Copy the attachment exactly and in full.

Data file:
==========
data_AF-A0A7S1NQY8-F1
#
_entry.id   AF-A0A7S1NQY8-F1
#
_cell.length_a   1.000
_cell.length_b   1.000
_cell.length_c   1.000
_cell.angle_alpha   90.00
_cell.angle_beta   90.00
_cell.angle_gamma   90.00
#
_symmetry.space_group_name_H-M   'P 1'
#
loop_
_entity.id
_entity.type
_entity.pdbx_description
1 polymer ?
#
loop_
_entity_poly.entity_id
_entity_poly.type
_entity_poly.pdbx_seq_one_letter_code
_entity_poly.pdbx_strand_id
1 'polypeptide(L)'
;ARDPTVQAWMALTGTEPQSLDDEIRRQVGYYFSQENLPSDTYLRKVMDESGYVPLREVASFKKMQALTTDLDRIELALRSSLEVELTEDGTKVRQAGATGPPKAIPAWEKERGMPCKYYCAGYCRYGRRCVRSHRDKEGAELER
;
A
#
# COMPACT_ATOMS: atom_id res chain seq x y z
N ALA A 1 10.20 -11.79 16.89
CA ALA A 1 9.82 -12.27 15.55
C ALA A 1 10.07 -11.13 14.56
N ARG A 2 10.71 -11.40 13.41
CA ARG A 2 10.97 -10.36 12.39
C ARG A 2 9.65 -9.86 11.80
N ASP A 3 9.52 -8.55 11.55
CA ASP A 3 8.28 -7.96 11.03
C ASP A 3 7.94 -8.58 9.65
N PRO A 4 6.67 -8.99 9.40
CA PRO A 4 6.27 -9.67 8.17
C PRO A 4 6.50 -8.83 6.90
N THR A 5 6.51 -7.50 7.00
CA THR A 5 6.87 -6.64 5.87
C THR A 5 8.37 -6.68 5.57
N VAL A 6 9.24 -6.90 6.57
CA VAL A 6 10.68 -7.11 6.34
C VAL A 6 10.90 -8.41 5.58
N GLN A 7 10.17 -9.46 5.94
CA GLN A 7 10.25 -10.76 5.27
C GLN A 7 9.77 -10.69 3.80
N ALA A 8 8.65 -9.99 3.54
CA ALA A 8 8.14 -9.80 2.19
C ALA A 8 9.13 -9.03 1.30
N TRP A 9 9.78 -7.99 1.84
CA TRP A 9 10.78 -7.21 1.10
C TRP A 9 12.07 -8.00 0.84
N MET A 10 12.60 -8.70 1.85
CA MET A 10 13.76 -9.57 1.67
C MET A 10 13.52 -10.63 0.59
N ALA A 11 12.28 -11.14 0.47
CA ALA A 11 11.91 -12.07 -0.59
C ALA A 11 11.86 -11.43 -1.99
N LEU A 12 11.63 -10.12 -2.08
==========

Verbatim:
data_AF-A0A7S1NQY8-F1
#
_entry.id   AF-A0A7S1NQY8-F1
#
_cell.length_a   1.000
_cell.length_b   1.000
_cell.length_c   1.000
_cell.angle_alpha   90.00
_cell.angle_beta   90.00
_cell.angle_gamma   90.00
#
_symmetry.space_group_name_H-M   'P 1'
#
loop_
_entity.id
_entity.type
_entity.pdbx_description
1 polymer ?
#
loop_
_entity_poly.entity_id
_entity_poly.type
_entity_poly.pdbx_seq_one_letter_code
_entity_poly.pdbx_strand_id
1 'polypeptide(L)'
;ARDPTVQAWMALTGTEPQSLDDEIRRQVGYYFSQENLPSDTYLRKVMDESGYVPLREVASFKKMQALTTDLDRIELALRSSLEVELTEDGTKVRQAGATGPPKAIPAWEKERGMPCKYYCAGYCRYGRRCVRSHRDKEGAELER
;
A
#
# COMPACT_ATOMS: atom_id res chain seq x y z
N ALA A 1 10.20 -11.79 16.89
CA ALA A 1 9.82 -12.27 15.55
C ALA A 1 10.07 -11.13 14.56
N ARG A 2 10.71 -11.40 13.41
CA ARG A 2 10.97 -10.36 12.39
C ARG A 2 9.65 -9.86 11.80
N ASP A 3 9.52 -8.55 11.55
CA ASP A 3 8.28 -7.96 11.03
C ASP A 3 7.94 -8.58 9.65
N PRO A 4 6.67 -8.99 9.40
CA PRO A 4 6.27 -9.67 8.17
C PRO A 4 6.50 -8.83 6.90
N THR A 5 6.51 -7.50 7.00
CA THR A 5 6.87 -6.64 5.87
C THR A 5 8.37 -6.68 5.57
N VAL A 6 9.24 -6.90 6.57
CA VAL A 6 10.68 -7.11 6.34
C VAL A 6 10.90 -8.41 5.58
N GLN A 7 10.17 -9.46 5.94
CA GLN A 7 10.25 -10.76 5.27
C GLN A 7 9.77 -10.69 3.80
N ALA A 8 8.65 -9.99 3.54
CA ALA A 8 8.14 -9.80 2.19
C ALA A 8 9.13 -9.03 1.30
N TRP A 9 9.78 -7.99 1.84
CA TRP A 9 10.78 -7.21 1.10
C TRP A 9 12.07 -8.00 0.84
N MET A 10 12.60 -8.70 1.85
CA MET A 10 13.76 -9.57 1.67
C MET A 10 13.52 -10.63 0.59
N ALA A 11 12.28 -11.14 0.47
CA ALA A 11 11.91 -12.07 -0.59
C ALA A 11 11.86 -11.43 -1.99
N LEU A 12 11.63 -10.12 -2.08